Japan Enacts Controversial State Secrets Law
TEHRAN (Tasnim) – Japan enacted a new law to increase punishment for leaks, despite growing worries that the state-secrets law will erode press freedoms.
Last week Japan’s lower house of parliament gave the greenlight to the new legislation, which counts the support of conservative prime minister Shinzo Abe, who has said the measure is necessary to combat the leak of state secrets.
Abe and members of his cabinet have said that the law will help mend the government’s reputation for leaks and facilitate the sharing of intelligence with the US, RT reported.
"We think that this law is extremely important for our connections with our allies and other foreign nations," said chief cabinet secretary Yoshihide Suga. "I believe that people will come to understand."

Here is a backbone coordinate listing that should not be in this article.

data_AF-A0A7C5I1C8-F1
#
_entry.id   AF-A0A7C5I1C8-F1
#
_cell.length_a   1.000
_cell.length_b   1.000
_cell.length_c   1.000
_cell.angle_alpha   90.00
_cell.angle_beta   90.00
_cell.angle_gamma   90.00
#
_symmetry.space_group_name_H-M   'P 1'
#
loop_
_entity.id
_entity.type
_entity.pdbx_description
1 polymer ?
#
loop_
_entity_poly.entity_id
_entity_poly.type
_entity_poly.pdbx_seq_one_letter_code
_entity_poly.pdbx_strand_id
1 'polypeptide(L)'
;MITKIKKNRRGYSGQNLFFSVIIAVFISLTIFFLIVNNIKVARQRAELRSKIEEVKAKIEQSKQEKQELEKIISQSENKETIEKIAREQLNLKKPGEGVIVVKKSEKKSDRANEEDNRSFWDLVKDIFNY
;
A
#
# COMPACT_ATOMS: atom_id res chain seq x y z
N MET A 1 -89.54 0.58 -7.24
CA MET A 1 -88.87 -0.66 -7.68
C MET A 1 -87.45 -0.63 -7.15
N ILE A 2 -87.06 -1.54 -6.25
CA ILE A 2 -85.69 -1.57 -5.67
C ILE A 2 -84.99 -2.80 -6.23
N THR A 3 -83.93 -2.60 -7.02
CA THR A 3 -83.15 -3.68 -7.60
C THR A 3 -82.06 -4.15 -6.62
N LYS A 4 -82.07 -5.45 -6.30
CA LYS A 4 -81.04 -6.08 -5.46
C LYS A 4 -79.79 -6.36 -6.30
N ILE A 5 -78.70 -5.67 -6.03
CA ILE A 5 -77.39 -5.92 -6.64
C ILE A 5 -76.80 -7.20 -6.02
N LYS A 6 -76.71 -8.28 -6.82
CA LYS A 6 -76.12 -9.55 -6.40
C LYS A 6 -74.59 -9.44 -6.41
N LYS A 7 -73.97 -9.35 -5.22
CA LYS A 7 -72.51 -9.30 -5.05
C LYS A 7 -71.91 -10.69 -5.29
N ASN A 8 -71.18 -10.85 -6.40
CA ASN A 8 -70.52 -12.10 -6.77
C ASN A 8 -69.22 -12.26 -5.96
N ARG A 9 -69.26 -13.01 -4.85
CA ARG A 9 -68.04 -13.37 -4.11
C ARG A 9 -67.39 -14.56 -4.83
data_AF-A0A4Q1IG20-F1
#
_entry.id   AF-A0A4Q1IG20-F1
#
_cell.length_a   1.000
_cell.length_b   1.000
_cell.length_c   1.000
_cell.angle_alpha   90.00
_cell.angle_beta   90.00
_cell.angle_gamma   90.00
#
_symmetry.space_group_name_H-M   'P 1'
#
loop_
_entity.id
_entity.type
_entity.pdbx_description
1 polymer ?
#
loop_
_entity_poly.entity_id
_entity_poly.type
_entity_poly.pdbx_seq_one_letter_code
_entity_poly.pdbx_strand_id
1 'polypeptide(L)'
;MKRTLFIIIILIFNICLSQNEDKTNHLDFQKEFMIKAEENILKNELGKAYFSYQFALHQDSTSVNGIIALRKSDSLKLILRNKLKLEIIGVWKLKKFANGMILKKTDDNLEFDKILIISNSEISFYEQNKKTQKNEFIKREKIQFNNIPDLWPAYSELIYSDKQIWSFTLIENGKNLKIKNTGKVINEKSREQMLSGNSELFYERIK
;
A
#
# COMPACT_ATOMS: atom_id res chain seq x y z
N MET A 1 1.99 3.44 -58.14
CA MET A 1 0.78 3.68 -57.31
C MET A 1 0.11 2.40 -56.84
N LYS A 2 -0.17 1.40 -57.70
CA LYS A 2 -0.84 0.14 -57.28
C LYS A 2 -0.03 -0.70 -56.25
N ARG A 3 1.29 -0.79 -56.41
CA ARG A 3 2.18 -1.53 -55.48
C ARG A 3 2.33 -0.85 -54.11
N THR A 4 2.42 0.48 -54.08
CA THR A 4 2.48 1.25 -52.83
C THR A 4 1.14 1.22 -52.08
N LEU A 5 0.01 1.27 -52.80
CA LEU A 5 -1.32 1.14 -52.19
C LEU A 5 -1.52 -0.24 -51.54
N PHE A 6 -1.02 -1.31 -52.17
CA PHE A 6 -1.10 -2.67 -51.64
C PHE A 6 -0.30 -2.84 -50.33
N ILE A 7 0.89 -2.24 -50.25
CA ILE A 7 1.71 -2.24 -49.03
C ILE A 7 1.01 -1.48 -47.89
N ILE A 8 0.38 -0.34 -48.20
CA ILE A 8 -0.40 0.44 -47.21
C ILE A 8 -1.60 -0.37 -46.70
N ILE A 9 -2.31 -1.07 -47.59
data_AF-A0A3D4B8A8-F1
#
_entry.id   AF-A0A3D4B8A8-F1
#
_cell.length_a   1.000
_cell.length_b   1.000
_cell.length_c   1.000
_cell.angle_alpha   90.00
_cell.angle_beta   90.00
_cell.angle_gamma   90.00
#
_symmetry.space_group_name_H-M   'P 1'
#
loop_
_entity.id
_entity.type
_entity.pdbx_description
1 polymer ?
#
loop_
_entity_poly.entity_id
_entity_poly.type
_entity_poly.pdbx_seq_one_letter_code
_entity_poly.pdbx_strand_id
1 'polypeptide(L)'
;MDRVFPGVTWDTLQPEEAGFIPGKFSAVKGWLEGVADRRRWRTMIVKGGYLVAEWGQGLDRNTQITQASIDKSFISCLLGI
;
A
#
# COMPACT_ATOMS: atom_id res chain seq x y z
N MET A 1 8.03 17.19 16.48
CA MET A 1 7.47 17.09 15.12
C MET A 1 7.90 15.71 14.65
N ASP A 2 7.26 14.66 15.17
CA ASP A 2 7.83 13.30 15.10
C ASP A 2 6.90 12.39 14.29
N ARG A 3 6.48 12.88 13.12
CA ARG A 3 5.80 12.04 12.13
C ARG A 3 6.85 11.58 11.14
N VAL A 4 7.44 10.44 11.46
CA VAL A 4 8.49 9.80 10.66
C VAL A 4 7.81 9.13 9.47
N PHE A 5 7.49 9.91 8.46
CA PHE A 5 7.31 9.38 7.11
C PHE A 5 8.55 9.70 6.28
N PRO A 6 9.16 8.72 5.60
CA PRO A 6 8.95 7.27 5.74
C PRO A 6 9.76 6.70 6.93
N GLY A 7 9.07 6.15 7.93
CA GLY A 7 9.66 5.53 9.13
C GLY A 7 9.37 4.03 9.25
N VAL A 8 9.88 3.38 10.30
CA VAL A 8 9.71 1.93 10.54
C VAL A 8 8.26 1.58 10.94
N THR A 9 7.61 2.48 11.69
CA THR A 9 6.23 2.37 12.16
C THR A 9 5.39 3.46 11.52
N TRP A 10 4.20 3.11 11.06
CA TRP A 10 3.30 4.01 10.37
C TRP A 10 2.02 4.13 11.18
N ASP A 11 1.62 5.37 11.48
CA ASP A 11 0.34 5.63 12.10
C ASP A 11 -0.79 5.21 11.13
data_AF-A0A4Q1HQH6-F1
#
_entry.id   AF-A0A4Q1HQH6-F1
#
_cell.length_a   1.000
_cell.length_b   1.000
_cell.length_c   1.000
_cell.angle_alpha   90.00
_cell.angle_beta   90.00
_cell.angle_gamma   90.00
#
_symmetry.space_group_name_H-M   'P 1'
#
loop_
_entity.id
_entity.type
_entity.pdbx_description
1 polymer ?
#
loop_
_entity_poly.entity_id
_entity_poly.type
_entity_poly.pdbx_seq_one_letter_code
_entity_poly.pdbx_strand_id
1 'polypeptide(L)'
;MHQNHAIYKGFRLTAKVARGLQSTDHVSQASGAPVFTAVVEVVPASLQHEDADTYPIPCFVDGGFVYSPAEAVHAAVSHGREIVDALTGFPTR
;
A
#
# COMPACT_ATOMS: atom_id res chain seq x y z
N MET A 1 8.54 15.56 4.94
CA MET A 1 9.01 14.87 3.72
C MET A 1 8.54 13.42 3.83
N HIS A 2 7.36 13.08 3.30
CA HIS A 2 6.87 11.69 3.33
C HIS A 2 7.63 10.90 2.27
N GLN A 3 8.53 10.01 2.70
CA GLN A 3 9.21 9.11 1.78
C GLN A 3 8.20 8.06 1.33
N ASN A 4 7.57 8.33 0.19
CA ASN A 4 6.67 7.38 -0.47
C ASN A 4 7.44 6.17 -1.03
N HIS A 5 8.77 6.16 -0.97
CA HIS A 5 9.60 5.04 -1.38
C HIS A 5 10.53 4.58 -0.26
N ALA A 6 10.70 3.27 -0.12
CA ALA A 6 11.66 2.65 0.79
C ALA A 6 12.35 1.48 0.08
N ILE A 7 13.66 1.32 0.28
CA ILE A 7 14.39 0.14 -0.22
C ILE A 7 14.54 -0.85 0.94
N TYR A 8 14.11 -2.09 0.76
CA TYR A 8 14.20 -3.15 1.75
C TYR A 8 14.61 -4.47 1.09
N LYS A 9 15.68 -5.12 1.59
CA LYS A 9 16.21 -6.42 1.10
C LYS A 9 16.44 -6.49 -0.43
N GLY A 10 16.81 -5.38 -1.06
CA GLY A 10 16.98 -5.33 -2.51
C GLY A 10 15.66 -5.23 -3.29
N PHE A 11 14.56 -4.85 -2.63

According to a survey by Asahi Shimbun 61 percent of Japanese voters believe the law is “problematic,” and it has garnered the opposition of the media, publishers and the country’s lawyers. Opposition parties even mounted a challenge to the new bill, which was passed during a late-night session of the country’s upper chamber.
Members of the opposition raised motions to stop or delay the law but were overruled by members of the ruling Liberal Democratic Party and its allies.
The new law enacts harsher sentences for public servants and others with access to sensitive national information, and could lead to jail terms of up to ten years. Meanwhile, journalists in the country could face up to five years imprisonment if the state determines the use of “grossly inappropriate” means to acquire state secrets.
Officials in Japan’s ministries will now be given the authority to designate state secrets in four categories: defense, diplomacy, counterterrorism and counterespionage. Such a classification will allow information be kept secret for up to 60 years or longer.